Pregnancy and childbirth: Yes, you read it right! Although temporary, pregnancy and childbirth affect many women. Why, you ask? That’s because hormonal shifts during or after giving birth can cause hair follicles to enter a resting phase. It leads to increased shedding 2-4 months after delivery. This problem usually resolves on its own within a year.

    Menopause: Similar to postpartum hair loss (above reason), menopause can cause fluctuations in estrogen and progesterone levels. Potentially triggering shedding in some women.

    Thyroid issues: Another common reason behind hair shedding in men and women. An underactive or overactive thyroid gland can disrupt the hair growth cycle, leading to hair fall.

    Physical or emotional stress: Experiencing significant stress can temporarily push hair follicles into the resting phase, resulting in increased shedding weeks or months later.

    Autoimmune diseases: Certain autoimmune diseases such as alopecia areata can attack follicles, causing hair to shed in patches around the scalp.

    Scalp infections: Fungal or bacterial infections on the scalp can also result in damage to hair follicles and lead to strands’ breakage.

    Medical treatments: Did you recently undergo chemotherapy or radiation therapy? Or are you applying topical or consuming medications to fix a specific disease? If so, there’s a possibility that these medical treatments could cause hair shedding on your scalp!

    Iron and other nutrient deficiencies: You see, iron is essential for healthy hair growth. Its deficiency can lead to hair thinning and increased shedding. And that’s not it! Even a lack of vitamin D, protein, biotin, and other essential nutrients can contribute to hair loss.

    Hairstyles and treatments: Like wearing tight hairstyles like braids or ponytails? Good but do you know that these can put excessive tension on the scalp, first causing hair fall and then potentially leading to traction alopecia? Even chemical hair treatments like bleaching, perming, and relaxing can damage strands and contribute to breakage.

    Diet and overall health: Factors like poor diet, smoking, drinking, and inadequate sleep can impact your hair health and contribute to increased shedding.

    What are Best Treatments for Hair Shedding?

    Various treatments can help men and women manage shedding and promote hair regrowth. Here are some best options:

    Topical treatments: As the name itself suggests, these are medications that are applied directly to the scalp. However, different treatments work in different ways. For instance, some work by increasing blood circulation to the scalp, potentially stimulating hair follicle activity and promoting growth. Some work by targeting dihydrotestosterone (DHT). By inhibiting this conversion, these treatments aim to create a more favorable environment for hair growth.

    hair shedding scale

    Laser therapy: By laser therapy, don’t get the idea that we’re suggesting use of high-beam lasers that are red in color and dangerous in nature; we are talking about low-level laser therapy. For those who don’t know, it involves using a handheld device to deliver low-energy laser light to the scalp. Dermatologists believe that this light exposure can stimulate follicles and promote hair growth. However, it is known to have its share of side effects.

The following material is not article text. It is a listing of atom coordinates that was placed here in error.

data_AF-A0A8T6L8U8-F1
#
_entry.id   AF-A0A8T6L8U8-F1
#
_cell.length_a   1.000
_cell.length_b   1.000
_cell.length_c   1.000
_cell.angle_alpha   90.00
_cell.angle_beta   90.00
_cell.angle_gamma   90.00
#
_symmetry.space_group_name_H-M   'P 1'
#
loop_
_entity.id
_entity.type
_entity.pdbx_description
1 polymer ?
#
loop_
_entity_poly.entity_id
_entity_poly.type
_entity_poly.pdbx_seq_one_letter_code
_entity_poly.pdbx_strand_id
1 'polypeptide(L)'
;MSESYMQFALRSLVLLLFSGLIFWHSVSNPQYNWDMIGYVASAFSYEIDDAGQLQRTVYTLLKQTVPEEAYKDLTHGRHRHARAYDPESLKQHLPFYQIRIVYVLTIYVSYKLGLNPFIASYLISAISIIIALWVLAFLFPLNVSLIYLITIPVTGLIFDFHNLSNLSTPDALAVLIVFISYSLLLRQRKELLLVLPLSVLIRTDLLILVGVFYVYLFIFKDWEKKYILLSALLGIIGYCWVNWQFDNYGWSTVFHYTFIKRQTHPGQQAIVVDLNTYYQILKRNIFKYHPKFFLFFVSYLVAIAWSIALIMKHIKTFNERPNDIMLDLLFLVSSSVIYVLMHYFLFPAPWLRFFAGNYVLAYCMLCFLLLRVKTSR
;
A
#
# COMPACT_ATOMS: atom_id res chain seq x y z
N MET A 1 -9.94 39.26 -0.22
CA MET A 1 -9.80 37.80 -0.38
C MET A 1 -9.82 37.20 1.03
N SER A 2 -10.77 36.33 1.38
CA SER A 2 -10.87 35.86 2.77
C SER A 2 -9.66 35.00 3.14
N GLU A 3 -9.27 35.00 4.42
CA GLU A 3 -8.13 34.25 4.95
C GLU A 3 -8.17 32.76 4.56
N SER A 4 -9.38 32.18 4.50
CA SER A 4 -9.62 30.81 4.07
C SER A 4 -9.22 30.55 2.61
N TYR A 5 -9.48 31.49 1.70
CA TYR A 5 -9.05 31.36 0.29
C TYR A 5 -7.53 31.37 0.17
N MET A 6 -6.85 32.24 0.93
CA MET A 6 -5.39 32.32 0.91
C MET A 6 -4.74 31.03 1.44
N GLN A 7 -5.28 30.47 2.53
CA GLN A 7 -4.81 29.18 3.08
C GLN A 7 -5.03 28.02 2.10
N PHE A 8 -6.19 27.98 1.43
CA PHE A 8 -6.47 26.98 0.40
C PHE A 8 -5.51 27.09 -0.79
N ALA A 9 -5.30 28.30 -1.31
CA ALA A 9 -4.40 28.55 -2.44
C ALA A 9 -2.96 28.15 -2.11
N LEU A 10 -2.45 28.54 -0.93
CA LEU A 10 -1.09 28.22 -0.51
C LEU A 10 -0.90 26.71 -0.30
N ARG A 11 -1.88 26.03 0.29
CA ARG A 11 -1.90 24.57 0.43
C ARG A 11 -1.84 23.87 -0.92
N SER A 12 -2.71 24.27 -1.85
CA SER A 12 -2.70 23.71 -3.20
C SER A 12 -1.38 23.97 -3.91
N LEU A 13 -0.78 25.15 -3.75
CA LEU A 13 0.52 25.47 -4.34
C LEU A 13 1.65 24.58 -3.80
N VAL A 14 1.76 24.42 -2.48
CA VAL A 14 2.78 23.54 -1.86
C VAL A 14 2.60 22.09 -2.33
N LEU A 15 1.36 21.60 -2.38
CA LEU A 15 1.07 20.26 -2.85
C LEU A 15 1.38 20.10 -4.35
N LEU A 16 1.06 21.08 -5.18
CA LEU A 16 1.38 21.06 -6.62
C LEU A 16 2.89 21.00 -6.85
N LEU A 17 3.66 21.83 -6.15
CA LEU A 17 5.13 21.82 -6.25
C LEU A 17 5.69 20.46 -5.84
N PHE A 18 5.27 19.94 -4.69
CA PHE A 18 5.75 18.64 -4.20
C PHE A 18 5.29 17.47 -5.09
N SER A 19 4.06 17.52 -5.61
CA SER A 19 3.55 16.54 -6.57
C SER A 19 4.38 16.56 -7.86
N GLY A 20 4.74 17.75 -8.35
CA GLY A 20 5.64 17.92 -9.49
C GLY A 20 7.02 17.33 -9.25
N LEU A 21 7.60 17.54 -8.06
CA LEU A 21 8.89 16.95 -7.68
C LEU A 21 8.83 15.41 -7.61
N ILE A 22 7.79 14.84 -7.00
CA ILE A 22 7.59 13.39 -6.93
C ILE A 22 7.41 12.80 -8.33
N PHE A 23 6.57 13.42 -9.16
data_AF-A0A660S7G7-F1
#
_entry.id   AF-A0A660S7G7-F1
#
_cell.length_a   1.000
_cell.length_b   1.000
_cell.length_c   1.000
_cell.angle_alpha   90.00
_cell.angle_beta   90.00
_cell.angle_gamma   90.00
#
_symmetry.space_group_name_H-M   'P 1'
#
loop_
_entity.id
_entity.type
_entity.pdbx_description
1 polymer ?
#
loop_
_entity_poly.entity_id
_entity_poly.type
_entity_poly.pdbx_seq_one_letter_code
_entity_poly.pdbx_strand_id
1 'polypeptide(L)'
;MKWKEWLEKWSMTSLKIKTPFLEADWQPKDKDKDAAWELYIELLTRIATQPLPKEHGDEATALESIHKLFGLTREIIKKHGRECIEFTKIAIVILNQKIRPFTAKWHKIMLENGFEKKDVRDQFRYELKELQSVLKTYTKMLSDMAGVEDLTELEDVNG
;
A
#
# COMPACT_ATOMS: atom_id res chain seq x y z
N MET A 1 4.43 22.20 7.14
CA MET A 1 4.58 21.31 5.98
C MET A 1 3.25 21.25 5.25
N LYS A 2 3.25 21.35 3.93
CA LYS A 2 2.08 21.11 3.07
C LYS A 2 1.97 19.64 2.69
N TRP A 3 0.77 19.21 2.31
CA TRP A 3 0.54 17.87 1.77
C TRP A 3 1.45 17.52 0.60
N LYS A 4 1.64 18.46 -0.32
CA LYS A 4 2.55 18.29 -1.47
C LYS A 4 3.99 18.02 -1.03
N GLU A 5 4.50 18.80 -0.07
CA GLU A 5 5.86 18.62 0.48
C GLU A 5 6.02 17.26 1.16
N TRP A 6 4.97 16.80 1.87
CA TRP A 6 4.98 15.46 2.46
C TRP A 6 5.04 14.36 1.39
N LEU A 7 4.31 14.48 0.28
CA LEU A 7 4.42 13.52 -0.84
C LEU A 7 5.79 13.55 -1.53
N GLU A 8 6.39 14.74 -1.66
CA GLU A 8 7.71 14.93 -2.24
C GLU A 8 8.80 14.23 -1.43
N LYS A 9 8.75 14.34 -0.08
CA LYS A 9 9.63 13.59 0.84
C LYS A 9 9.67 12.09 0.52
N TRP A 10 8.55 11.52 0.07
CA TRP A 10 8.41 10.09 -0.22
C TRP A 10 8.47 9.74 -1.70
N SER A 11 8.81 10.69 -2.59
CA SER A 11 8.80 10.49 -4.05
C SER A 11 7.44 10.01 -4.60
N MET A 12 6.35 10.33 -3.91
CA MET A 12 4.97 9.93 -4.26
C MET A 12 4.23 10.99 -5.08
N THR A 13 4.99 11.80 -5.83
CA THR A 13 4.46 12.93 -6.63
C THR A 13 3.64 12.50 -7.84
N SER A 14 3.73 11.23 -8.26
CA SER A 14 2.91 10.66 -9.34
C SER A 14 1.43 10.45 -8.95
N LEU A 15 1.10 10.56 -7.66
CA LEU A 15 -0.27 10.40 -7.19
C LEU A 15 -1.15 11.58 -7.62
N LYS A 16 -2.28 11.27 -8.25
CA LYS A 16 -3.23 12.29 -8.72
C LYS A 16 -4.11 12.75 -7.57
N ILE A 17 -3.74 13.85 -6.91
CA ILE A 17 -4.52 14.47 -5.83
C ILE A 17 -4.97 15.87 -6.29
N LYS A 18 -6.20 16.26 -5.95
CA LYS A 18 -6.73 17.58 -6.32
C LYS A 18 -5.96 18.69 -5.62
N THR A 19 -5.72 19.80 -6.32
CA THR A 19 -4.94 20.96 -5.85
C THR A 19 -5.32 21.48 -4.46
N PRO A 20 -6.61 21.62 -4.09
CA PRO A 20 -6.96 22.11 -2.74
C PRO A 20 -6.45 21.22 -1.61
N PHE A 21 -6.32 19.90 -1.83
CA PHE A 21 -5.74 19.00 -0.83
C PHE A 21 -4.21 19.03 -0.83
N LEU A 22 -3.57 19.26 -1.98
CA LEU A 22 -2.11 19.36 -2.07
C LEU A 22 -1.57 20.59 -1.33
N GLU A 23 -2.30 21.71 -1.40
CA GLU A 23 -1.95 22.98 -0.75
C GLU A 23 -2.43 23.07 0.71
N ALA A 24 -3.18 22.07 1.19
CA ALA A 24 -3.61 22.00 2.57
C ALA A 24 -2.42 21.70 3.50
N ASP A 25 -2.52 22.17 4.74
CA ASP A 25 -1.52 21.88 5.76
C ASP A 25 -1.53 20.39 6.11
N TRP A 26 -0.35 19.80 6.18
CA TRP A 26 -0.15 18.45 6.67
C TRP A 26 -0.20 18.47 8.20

Platelet-rich plasma (PRP) therapy: This treatment involves drawing a small amount of the patient’s blood which is then processed into concrete platelets. Experts then inject the platelet-rich plasma back into the scalp. Platelets contain growth factors that may stimulate hair follicle activity and promote new hair growth which can become evident once you check the visual hair shedding scale again.

    Dietary and nutritional support: Well, if you’re still consuming junk food, STOP right now! Ensuring adequate intake of essential nutrients like iron, protein, biotin, vitamin D, and omega-3 fatty acids is crucial for overall hair health. Addressing any deficiencies through dietary changes or supplements can support healthy hair growth and potentially reduce shedding.

    Stress management: Remember, we told you how chronic stress can negatively impact hair growth? Well, techniques like meditation, yoga, or deep breathing exercises can help you manage stress levels. Potentially, promoting a healthy scalp environment for hair growth.

    Scalp care practices: Another important lifestyle practice to consider to stop hair shedding in 2024! Maintaining a healthy scalp is vital for optimal hair growth. Gently cleanse your scalp twice a week to remove dirt and buildup. Avoid harsh chemicals and excessive heat styling. Also, adopt scalp massage to improve the flow of oxygen-carrying blood to your hair follicles.

    Hair transplants: In case your hair loss is severe and there’s no hope of achieving a head full of healthy hair even after using the aforementioned tips, you may consider undergoing hair transplants. These involve transplanting hair follicles from a donor area to a balding or thinning area.

    Although it can be a permanent solution, it requires a consultation with a qualified dermatologist or hair transplant surgeon to determine candidacy and discuss the specifics of the procedure. Also, know that not every hair transplant surgery goes successfully. Some may face side effects like bruising, swelling, pain, throbbing, discomfort, numbness, and formation of small scabs around treated areas.

    Hair systems: Now unlike hair transplants, hair systems for men and women’s wigs have no side effects. Since they are non-surgical hair replacements, they are also pain-free! Hair systems from Lordhair are made of fine base materials with real human hair attached. They can be attached to the scalp using tape, glue, or clips for a natural-looking result.

    Long-lasting and durable, our hair units (also known as toupees, men’s hairpieces, and patches) come in a variety of hair lengths, hair types, base types and sizes, and colors. We also offer a wide range of customization options for a realistic and comfortable fit!

    Check out how amazing this man looks after wearing high-quality hair replacement from Lordhair:

    Hair Shedding Visual Scale: Final Words

    Keep in mind that there’s no single BEST treatment for hair shedding. A combined approach tailored to the underlying cause will yield the most successful results. Consulting with a dermatologist will help you determine the best approach for your hair fall concerns. Also, it’s not necessary that these treatments will work for all men and women. To them, we highly recommend buying hair systems or wigs for immediate aesthetic improvement.

    With that said, our guide on visual hair shedding scale ends here. Got any queries to ask? Contact us today and have them answered by our hair experts!